No. Green Energy Didn't Cause the Blackouts in Texas.
On Valentine’s Day, Texans started feeling the cool, crisp air that happens right before all hell breaks loose in the state that I now call home. And not just in the panhandle where snow happens. This time it went all the way to the southern tip where temperatures almost never get below 50 degrees, and snow is a once a decade phenomenon at best.
So, we were in for snow in San Antonio. This means a few things. The massive system of interstates that winds through and around the expansive city closes immediately, every grocery store in reach is threadbare within about two hours of the announcement, and grown adults are gonna get their first crack at a snowball fight. This is all to be expected.
But then the lights went out. The announcement of rolling blackouts came from CPS. The only company that provides power to the seventh-largest city in America.
The party line was that these horrendous little blackouts were coming as a means of saving energy. We San Antonians were being called upon to make small sacrifices for the communal good of our fair city! These blackouts in record low temperatures started as four hours of darkness punctuated by five minutes of power. Then quickly worked their way down to three minutes. Then one minute. Then no electricity at all. Old houses that were built to stay cool were left to fight single-digit temperatures unassisted by electric heat.
Texas Governor Greg Abbot and the rest of the state’s GOP quickly joined together in an undisrupted chorus of “The Green New Deal did this!” followed promptly by “The damned windmills froze!” and, for the encore “Solar panels don’t work when there ain’t no sun!”
This is, of course, complete bullshit.
To start, only 5% of Texas energy comes from renewable sources according to The US Energy Information Administration. In all fairness, these renewable sources do produce about 25% of Texas’ energy. But, still. That hardly strikes me as enough to completely and unabashedly mess with Texas the way that it did.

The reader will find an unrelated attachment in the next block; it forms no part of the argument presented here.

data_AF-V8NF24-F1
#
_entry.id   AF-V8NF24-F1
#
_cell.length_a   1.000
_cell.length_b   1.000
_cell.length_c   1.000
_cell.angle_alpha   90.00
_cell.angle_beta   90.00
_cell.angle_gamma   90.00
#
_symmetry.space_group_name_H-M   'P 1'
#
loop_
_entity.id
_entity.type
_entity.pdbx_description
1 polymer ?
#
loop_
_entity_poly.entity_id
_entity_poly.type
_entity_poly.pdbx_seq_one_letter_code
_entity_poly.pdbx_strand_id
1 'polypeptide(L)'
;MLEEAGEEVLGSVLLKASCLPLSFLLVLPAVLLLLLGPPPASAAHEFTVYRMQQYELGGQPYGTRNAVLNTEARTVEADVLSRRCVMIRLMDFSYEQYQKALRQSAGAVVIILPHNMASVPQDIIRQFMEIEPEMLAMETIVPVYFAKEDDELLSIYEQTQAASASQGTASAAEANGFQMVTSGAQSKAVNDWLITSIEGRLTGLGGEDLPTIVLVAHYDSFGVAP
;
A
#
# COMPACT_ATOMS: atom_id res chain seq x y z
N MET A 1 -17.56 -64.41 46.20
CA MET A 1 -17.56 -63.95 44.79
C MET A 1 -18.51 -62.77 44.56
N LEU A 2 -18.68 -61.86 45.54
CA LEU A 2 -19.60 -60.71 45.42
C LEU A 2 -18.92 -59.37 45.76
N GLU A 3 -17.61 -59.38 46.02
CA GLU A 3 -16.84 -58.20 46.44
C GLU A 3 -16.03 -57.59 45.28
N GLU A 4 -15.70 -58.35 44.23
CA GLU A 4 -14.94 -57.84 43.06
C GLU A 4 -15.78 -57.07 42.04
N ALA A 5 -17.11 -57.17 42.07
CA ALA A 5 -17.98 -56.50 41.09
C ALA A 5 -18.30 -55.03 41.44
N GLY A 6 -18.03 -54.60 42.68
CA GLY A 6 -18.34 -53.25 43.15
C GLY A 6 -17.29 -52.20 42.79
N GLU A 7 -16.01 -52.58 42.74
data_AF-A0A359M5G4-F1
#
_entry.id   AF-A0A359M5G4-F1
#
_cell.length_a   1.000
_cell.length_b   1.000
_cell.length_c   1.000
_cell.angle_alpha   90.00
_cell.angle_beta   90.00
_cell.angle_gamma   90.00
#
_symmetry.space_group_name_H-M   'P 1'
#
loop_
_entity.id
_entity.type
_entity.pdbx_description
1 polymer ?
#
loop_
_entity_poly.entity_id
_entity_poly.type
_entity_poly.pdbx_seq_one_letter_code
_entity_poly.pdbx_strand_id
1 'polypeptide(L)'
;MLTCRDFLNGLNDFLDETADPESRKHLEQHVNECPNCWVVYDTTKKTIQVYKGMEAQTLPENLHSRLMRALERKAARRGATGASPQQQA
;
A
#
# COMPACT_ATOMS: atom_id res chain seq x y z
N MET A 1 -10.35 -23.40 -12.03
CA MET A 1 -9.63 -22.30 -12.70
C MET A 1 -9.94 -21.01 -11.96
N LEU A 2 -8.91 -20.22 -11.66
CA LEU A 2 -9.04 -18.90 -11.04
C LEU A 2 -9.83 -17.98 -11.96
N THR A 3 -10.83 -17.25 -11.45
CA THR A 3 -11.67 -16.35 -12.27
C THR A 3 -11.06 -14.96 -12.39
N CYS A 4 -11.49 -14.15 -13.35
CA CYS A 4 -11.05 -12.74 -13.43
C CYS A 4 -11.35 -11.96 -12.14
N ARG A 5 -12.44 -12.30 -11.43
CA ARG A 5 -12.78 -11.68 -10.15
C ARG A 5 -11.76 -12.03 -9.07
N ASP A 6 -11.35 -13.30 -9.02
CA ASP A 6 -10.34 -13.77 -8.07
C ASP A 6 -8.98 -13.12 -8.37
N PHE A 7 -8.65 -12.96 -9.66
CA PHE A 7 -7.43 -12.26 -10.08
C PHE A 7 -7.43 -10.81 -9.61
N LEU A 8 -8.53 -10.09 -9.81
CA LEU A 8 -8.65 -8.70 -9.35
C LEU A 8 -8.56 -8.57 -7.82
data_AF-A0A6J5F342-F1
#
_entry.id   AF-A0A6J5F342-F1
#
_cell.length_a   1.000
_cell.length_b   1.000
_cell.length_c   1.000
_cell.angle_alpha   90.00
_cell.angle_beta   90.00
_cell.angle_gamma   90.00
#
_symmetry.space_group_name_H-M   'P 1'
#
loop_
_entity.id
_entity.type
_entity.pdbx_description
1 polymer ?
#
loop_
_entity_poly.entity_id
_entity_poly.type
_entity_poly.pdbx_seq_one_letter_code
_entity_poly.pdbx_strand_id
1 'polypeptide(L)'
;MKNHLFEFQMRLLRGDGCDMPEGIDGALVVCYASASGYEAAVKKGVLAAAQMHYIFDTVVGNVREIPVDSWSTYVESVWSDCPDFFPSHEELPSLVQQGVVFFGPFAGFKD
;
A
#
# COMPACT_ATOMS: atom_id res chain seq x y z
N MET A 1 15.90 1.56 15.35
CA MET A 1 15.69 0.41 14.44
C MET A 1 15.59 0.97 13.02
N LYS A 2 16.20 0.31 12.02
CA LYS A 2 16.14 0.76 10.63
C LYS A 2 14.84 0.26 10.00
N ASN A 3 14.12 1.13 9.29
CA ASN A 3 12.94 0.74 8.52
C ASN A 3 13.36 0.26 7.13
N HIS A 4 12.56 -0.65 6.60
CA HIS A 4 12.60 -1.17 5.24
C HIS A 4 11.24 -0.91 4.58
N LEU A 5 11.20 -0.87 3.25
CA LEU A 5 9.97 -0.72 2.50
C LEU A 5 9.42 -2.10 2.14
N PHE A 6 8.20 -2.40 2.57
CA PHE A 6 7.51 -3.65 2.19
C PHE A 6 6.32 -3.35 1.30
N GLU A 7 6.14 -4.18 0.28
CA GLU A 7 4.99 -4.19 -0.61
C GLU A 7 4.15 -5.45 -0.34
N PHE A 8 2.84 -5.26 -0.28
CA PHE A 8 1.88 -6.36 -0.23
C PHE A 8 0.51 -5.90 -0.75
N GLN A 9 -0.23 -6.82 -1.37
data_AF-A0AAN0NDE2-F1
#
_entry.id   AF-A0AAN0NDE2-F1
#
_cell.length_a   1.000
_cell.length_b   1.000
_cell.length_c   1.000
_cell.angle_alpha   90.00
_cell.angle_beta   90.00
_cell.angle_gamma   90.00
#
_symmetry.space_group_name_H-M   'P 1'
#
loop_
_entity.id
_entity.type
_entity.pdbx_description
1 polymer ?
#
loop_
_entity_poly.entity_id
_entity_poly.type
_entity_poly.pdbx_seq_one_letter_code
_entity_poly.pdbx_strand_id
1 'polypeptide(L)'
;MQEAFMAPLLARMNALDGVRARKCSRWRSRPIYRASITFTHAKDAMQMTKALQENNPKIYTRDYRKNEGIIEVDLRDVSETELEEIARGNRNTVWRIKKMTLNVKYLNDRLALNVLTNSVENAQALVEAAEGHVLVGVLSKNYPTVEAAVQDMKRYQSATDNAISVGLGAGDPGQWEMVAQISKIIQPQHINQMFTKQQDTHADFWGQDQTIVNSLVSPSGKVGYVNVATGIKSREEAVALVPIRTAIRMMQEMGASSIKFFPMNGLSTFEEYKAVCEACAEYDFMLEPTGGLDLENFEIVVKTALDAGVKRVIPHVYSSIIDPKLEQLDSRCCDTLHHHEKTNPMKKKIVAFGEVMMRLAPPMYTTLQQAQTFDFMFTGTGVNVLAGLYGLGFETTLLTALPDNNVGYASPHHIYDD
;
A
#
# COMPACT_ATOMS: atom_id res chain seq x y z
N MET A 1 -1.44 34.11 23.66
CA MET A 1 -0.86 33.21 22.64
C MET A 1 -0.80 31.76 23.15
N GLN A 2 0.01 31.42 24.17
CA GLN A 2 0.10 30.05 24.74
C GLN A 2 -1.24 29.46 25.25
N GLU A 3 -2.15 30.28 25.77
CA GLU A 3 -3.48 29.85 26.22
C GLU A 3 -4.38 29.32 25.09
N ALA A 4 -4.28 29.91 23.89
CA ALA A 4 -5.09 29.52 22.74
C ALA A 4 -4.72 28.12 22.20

When it comes to windmills and solar panels not working in the snow, this is idiotic on it’s face. Solar panels are built at an angle and designed to shed precipitation, and the windmills froze because the state failed to winterize them. Not because AOC and Soros conspired to direct weather machines at the god-fearing population of The Lone Star state, or whatever.
What did happen was a complete and utter breakdown of the established and historic electric production of the state.
It turns out that the fiercely independent spirit of Texas is nothing new. In the 1930s the state chose to keep its energy grid independent in order to buck federal regulations. This also means that even if other states wanted to help, they literally couldn’t have. This is a uniquely Texan feature.
ERCOT (Electric Reliability Council of Texas) is the sole source of electricity in the state and distributes power accordingly. Well, accordingly until there’s a freeze, anyway.
Part of continuing the goal of independence from federal oversight is making sure that you keep certain palms as greasy as the day-old bacon at a strip club buffet. By donating to politicians, ERCOT is able to turn regulations into suggestions. So, when either the state or federal government “suggests” that ERCOT spends tens of millions of dollars winterizing the fragile power grid, the company has bought the freedom to laugh their ever-loving asses off. There are no fines. There are no consequences. Texas only freezes about once every ten years, and civil suits from the families of people who literally froze to death in their own homes is a hell of a lot cheaper than that. So it really is a no-brainer from a capitalistic point of view.
Texas is also a huge producer of fossil fuels. This makes the opportunity to pretend that The Green New Deal has passed, and forward-thinking competitors are the problem very enticing. Oh, if only we all could’ve huddled around the gaslighting from the GOP to stay nice and warm. There would’ve been s’mores and chili for all!
If renewable energy’s 25% production failed because libtards brought the snowflakes to Texas, then you still have that 75% of the grid that needs to answer for its role in what happened down here.
What happened was a catastrophic failure of Texas’ energy independence, and it cost lives. We were failed in such a horrendous way that it brought unity in our outrage as an unintended consequence from such a politically polarized state.
The only clear answer seems to be the full dissemination of ERCOT, and Texas participating in state-to-state collectivism in energy production. This will create a safety net for the next time that something like this inevitably happens. Oh. And maybe we should wrap a bit of foam around the pipes to bring us enough heat to at least make a breakfast taco while we shiver our joints stiff in our 30-degree homes.